The profoundly shocking way Uefa mishandled its Champions League final on 28 May has prompted alarming questions about the organisation and its president Aleksander Ceferin and, by natural extension, the whole edifice governing modern football.
Uefa may still be that great institution, formed in 1954 to organise the European Cup and still 68 years on, thanks to last year’s defeat of the Super League breakaway, organisers of the glittering Champions League.
The reality, though, is that Uefa is a member organisation; the confederation, to use football’s jargon, of Europe’s 55 national associations, including the English FA. Yet the politics of football’s ostensibly democratic pyramid have long been dysfunctional and questions about their fitness for purpose are generally explored only when a crisis makes them suddenly more urgent.
Uefa’s conduct at the Stade de France remains staggering, but the English FA has said nothing at all about it in public. On the night, feeling under pressure to explain the kick-off delay to a watching world, Uefa’s response was to blame Liverpool supporters, who had been put through hours of dangerous disorganisation and chaos and had more to face on the way back.
Just weeks before that, Ceferin had been still full of praise for English fans and, with Liverpool’s supporters prominent leaders, their campaign to fight the Super League, which preserved the immensely lucrative Champions League for Uefa. “When we were at war with the Super League, we were helped by English fans. Italians and Spaniards have done nothing,” Ceferin said, perhaps indelicately, on 2 May.
But then when the first Champions League final with a crowd was held since English fans saved Uefa’s billions and Ceferin’s world, Uefa took no responsibility for the near-disaster. Instead it issued two globally broadcast statements, oblivious to the 33-year Hillsborough trauma, content to depict Liverpool supporters as late-arriving mass ticket fraudsters.
The questions that naturally followed have included criticisms of the Uefa culture under Ceferin, the surprise reform candidate from Slovenia anointed in the 2016 vacuum after Michel Platini and Sepp Blatter, presidents of Uefa and Fifa respectively, were banned amid financial scandal.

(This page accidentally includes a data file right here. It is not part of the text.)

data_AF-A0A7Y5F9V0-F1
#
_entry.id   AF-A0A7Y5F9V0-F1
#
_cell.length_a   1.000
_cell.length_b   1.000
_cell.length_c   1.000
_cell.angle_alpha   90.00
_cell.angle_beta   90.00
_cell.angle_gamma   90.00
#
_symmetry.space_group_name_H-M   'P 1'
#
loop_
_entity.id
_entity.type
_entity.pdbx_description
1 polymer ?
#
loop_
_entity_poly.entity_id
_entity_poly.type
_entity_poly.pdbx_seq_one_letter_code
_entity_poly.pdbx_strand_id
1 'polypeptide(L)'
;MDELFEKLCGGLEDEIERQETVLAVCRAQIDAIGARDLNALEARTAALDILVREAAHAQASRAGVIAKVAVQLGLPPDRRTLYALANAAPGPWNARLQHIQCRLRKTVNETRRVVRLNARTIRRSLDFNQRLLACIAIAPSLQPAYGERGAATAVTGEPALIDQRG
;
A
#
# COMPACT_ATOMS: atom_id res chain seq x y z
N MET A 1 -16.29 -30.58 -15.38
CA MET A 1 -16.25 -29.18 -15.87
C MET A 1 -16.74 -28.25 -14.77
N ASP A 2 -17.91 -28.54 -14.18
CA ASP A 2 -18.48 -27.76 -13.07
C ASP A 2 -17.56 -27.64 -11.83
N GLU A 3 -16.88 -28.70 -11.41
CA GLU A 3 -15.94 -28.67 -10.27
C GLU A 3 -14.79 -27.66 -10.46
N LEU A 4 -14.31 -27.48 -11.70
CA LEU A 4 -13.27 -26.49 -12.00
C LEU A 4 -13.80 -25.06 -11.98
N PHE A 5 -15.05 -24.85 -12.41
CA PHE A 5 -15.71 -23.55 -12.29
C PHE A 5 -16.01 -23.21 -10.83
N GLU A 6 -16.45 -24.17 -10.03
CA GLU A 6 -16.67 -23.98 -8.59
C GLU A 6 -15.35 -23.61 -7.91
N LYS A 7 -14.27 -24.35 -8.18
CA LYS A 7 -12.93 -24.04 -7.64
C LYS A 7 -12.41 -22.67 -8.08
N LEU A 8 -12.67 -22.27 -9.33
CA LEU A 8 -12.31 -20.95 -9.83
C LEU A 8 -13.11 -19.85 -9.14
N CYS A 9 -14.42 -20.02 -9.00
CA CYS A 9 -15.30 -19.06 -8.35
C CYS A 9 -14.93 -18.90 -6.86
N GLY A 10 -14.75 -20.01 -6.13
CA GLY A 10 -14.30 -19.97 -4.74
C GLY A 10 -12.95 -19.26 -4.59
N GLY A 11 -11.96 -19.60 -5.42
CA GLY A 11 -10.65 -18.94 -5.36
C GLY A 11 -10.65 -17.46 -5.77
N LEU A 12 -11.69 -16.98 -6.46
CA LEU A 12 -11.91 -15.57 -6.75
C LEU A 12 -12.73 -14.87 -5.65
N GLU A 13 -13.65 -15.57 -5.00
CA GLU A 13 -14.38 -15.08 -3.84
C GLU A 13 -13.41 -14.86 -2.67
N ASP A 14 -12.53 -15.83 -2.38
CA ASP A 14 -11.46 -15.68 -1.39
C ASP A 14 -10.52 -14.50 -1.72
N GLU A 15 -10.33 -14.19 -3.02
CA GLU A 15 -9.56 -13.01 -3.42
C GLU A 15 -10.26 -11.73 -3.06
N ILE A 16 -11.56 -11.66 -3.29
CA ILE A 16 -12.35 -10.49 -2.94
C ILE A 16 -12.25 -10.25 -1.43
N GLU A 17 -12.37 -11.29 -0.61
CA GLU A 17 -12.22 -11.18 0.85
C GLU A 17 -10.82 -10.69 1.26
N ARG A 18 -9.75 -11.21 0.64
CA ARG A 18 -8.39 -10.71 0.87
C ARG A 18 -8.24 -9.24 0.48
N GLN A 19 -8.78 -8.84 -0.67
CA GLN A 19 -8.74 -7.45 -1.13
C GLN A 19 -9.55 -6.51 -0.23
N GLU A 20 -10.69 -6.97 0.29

It has seemed very significant that Ceferin’s best friend, Zeljko Pavlica, was appointed Uefa’s head of safety and security last year as “natural successor” to the previous head, Kenny Scott. Some critics have also expressed concerns about more general cronyism and a culture of personal alliances at Uefa at a still critical time for football governance. The big clubs’ gigantic commercial power means that the battle for some rebalancing, and for the traditional value of the confederation structure, was far from won despite that injury-time defeat of the Super League.
England’s FA is a major, historic member of Uefa, among the wealthiest, certainly compared with the countries of eastern Europe and the Balkans which now add up to a large number of votes in a presidential election. Yet although thousands of English supporters were put in danger in Paris having paid fortunes to Uefa for tickets, and then been blamed by those infamous statements, the English FA has not seen it as part of its role to speak out in solidarity or concern.
Its main representative at Uefa, the former Manchester United chief executive David Gill, is an influential figure these days, a vice-president on the executive committee, the equivalent of the board. That part-time role entitled Gill to €250,000 (£216,000) last year; he is also chairman of the finance and remuneration committees, and Uefa’s treasurer. The Observer asked the FA and Uefa how much Gill is paid for these other roles, but neither was forthcoming with that detail. Gill’s remuneration committee approves Ceferin’s salary, awarding the president 2.56m Swiss francs (£2.3m) last year, up from 2.42m (£2.17m) in 2019-20.
This newspaper also asked the FA about its silence since the Stade de France debacle and whether it tries to play a reforming role at Uefa. It declined to comment. Sources indicated that the FA did make supportive contact with Liverpool after the final, and was vocal privately at Uefa about the need to have the “independent review” that is taking place.
But speaking only privately feels like just another dimension of the problem. Joseph Weiler, the New York university law professor who resigned from Fifa’s governance committee in 2017 after the abrupt removal of its chairman, Miguel Maduro, said of the confederations: “Football’s democratic governance model is flawed, because although there is one vote per national FA, after an election there is no opposition holding those in power to account. All the FAs have to be part of the ruling regime, and internal debate and scrutiny is weak.”
The perception too is that the FAs are mainly focused on winning favour at the confederation, which has the power to award hosting of its prestigious tournaments. The English FA is seeking Uefa’s approval to host the 2028 men’s Euros and the scale of national kudos a tournament promises, resounding for decades, suppresses a healthier culture in which FAs would act as critical friends and speak out.
David Bernstein, the FA’s chairman from 2011-14, now a critic of the system and campaigning for an independent football regulator, confirmed that perception from his experience. “The system is based on patronage and does not encourage debate. Of course the FA is always very preoccupied with the chance of being awarded tournaments, and speaking out and scrutinising the confederation risks upsetting people.”
It is also a flaw in an apparently democratic system that these questions are not asked regularly enough, and it takes a near-disaster to expose the stale, complacent insides of how the game works. And that even when the questions are asked, they are met with the sound of silence.